Homemade Pulk Sled

I’ve wanted to make a pulk sled for winter camping for a while now, so I decided making a pulk sled was next on my list of D.I.Y. projects. I was excited to find that my local Runnings store was running a sale on Jet Sled Jr’s so I grabbed two of them. I figured I’d make two sleds so that either, one of my sons could use one or my brother. I crafted brackets out of some steel stock I grabbed from the hardware store. After shaping the brackets and painting them, I mounted them on the front of the sled with stainless steel bolts and fasteners.

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I added a fin, made from aluminum angle stock, on the rear bottom of the sled. I used galvanized fasteners to attach the fin. This helps with tracking in the snow especially when in hilly areas.

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I used plastic electrical conduit for the poles that connect to the sled and a leather belt for pulling. I used two pieces of conduit because I wanted six foot poles. If I were to make the poles five feet instead of six feet I would have only needed one conduit. On one end of each pole I epoxied a tie rod end and the other end epoxied an eye bolt. Prior to adding epoxy, I heated up the conduit so that I could push the nut for the eye bolt and the nut for the tie rod end in, to make a more secure attachment. The tie rod end connects to the bracket on the sled using a locking pin.

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The eye bolt on the other end of the poles connects to clevis pins which I mounted on either side of a leather belt I made. I put a washer on both sides of the belt before installing the clevis pin and then added a heavy bushing which fit perfectly inside the eye bolt and over the clevis pin. Lastly, I added a hitch pin to keep the eye bolt in place but to also make it easily removable once at camp.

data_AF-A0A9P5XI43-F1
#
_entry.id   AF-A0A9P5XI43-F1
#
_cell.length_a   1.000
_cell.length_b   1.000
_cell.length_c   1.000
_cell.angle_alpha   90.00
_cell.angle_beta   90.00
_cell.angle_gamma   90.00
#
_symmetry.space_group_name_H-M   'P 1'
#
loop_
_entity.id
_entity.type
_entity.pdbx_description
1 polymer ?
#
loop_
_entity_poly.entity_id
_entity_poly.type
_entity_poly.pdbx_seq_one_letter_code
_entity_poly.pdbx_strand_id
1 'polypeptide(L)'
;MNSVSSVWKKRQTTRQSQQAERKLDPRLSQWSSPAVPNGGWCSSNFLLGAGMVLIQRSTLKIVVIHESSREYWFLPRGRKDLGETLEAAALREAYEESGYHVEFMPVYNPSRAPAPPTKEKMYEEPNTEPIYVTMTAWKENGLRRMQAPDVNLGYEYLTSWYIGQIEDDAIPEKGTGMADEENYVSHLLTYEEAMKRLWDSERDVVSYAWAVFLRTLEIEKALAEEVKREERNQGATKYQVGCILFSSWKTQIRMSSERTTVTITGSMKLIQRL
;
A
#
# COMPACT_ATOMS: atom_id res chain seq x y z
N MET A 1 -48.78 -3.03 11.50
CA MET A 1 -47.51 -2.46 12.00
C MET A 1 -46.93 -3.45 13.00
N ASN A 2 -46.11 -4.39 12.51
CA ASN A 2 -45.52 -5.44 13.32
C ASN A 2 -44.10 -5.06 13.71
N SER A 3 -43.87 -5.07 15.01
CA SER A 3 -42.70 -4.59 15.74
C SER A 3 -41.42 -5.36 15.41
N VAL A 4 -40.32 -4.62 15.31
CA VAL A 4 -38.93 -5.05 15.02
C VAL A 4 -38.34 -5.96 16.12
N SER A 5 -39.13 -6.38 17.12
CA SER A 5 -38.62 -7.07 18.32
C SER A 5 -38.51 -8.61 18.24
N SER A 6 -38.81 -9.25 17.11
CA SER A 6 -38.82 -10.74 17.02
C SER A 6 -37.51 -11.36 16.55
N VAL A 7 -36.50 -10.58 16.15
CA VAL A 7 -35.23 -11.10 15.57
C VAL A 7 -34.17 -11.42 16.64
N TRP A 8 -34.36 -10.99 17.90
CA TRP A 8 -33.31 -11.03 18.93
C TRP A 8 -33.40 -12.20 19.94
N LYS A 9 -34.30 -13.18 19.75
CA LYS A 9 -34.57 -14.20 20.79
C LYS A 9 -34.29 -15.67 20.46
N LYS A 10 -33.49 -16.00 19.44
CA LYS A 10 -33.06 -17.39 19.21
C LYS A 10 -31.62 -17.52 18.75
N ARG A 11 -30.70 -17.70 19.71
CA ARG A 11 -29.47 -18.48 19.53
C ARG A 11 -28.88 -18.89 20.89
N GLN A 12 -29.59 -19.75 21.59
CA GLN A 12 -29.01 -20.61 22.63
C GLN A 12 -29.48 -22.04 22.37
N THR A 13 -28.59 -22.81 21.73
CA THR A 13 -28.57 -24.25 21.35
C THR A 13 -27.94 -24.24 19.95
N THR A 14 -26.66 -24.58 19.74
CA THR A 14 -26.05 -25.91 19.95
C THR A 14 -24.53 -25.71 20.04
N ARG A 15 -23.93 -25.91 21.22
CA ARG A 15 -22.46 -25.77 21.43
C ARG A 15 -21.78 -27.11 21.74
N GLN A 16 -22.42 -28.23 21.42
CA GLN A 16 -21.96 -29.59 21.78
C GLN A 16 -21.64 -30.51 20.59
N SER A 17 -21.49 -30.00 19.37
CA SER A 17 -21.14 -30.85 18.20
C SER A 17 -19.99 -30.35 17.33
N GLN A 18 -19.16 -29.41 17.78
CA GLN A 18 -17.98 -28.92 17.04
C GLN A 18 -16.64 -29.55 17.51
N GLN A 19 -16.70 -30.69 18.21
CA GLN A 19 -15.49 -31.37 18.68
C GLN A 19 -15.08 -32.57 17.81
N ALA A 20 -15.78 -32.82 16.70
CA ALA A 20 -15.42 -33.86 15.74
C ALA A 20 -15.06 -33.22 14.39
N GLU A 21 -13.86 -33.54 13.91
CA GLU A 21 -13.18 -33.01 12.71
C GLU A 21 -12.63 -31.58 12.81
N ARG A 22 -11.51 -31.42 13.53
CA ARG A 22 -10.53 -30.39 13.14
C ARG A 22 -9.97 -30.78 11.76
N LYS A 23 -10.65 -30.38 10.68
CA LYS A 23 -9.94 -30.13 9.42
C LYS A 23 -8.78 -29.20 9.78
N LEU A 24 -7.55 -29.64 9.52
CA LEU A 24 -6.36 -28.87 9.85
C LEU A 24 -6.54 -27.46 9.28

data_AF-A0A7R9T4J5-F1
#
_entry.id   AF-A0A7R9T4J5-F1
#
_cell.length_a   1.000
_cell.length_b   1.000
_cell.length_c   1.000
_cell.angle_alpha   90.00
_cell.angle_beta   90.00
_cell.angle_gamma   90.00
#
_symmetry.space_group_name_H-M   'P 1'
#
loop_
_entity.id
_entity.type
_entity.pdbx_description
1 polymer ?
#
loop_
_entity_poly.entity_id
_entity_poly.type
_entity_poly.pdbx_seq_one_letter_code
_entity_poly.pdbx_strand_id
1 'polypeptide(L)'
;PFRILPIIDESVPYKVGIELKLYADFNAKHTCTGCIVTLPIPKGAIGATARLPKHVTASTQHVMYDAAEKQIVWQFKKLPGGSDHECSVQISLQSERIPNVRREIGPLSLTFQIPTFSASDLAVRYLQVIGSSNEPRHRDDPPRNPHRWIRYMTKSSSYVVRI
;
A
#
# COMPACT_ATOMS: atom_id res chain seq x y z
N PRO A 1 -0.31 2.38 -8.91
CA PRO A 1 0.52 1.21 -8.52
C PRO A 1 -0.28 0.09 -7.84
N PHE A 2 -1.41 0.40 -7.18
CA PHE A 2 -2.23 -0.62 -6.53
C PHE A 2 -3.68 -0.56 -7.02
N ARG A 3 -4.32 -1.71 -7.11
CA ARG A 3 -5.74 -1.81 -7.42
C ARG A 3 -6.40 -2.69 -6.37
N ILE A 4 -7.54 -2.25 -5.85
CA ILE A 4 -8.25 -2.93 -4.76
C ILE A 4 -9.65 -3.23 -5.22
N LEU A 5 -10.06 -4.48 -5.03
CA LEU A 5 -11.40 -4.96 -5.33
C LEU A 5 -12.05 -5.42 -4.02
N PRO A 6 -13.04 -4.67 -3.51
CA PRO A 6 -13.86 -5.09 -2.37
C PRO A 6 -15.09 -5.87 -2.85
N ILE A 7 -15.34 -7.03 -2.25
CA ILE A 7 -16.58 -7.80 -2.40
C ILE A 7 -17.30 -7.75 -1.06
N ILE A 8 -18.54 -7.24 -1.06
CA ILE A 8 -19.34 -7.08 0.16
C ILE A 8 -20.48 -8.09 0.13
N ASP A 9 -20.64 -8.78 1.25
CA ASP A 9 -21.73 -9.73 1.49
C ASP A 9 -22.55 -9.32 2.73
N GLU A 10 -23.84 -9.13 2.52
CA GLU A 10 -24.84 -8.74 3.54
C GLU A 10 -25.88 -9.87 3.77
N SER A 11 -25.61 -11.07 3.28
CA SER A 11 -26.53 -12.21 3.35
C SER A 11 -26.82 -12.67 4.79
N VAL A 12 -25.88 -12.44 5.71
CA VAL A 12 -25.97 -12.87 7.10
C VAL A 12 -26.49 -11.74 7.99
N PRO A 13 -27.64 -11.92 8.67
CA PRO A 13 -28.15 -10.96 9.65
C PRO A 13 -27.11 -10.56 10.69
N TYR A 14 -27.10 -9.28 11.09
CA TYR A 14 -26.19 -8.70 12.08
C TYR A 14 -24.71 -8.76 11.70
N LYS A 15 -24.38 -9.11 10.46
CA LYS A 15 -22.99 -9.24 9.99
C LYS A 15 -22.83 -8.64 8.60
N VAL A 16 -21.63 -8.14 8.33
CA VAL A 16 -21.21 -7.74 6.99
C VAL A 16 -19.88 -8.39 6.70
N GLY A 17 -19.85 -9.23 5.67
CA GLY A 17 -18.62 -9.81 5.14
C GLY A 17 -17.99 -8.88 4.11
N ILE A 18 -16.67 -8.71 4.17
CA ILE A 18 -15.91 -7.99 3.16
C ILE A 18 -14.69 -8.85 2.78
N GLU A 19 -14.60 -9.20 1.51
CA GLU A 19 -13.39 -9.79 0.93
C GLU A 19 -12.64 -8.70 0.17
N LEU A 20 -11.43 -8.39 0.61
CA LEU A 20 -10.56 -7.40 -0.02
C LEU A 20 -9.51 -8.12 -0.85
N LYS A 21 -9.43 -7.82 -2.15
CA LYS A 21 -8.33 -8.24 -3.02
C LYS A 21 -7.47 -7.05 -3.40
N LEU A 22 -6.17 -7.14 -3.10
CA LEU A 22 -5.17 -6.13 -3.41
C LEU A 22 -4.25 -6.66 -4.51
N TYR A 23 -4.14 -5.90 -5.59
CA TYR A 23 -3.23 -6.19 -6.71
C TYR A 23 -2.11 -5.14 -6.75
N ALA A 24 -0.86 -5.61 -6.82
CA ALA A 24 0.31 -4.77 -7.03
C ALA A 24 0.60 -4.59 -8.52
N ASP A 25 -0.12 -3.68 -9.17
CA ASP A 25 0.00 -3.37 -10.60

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All in all, I think this project went well and the pulk sleds turned out great. I can’t wait to get out and test my new pulk sled. This should make snowshoeing a bit easier without the extra weight from the pack on my back pushing down on the snowshoes. Do you winter camp or snowshoe? Have you ever used or thought about using a pulk sled for winter camping? Let me know in the comments section if you liked this D.I.Y. project and if you’d like to see more.

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Sometimes Cheap Is Better

During hunting season here in New York, it can be a challenge to keep your fingers warm. Especially since you don’t want thick gloves or mittens on that will infringe on being able to pull the trigger. I own many pairs of gloves, mittens and glove/mitten combos but nothing worked very well for me. As of late I was wearing a lightweight pair of gloves (pair I ware for bow season) with cheap wool liner gloves over top with the fingers cut off. This setup worked fairly well until the temps dipped down into the teens and single digits (Fahrenheit) this season. My fingers and hands were not happy. My brother and I happened to stop at Herb Philipson’s (local sporting goods store) and saw a huge display of fleece lined rag wool glove/mittens. I tried a pair on and thought to myself this might be what we need to keep our hands warm. The best part………they were only $9.99! You can’t beat that for a glove that ended up keeping our hands happy the rest of the season!

With the fleece lining it makes the gloves a little thicker and warmer but with no fingers it allowed for easy trigger pulling and with the availability of the mitten cover being pulled over the fingers made for an ideal glove in my opinion. For really cold mornings we threw hot hands (chemical hand warmers) in the mitten part and when the mitten was pulled over, the warmer would be sitting on top of our fingers keeping them warm without interfering with being able to pull the trigger.

On the last day of hunting season, we stayed out through hours of freezing rain and sleet. Even though our wool gloves were soaked, they kept our hands warm. I can attest to wool keeping you warm even when wet/soaked. Needles to say we were happy campers with our recent purchase. I found that I could pull the trigger even with the mitten part over my fingers. Another nice feature is that the wrist part of the gloves is extra-long, so they easily roll over or under the sleeve of a jacket and stay put because of the extra length. No gaps for wind and cold to get into.

All in all, we are very happy with our inexpensive purchase that replaced many more expensive pairs of gloves that just didn’t cut it in cold weather. I can’t believe I’ve never come across a pair of these gloves until now. What gloves or mittens have you found that work great for cold weather well hunting? What cold weather clothing is a must for you? Thanks for reading and I hope everyone has a wonderful Christmas.

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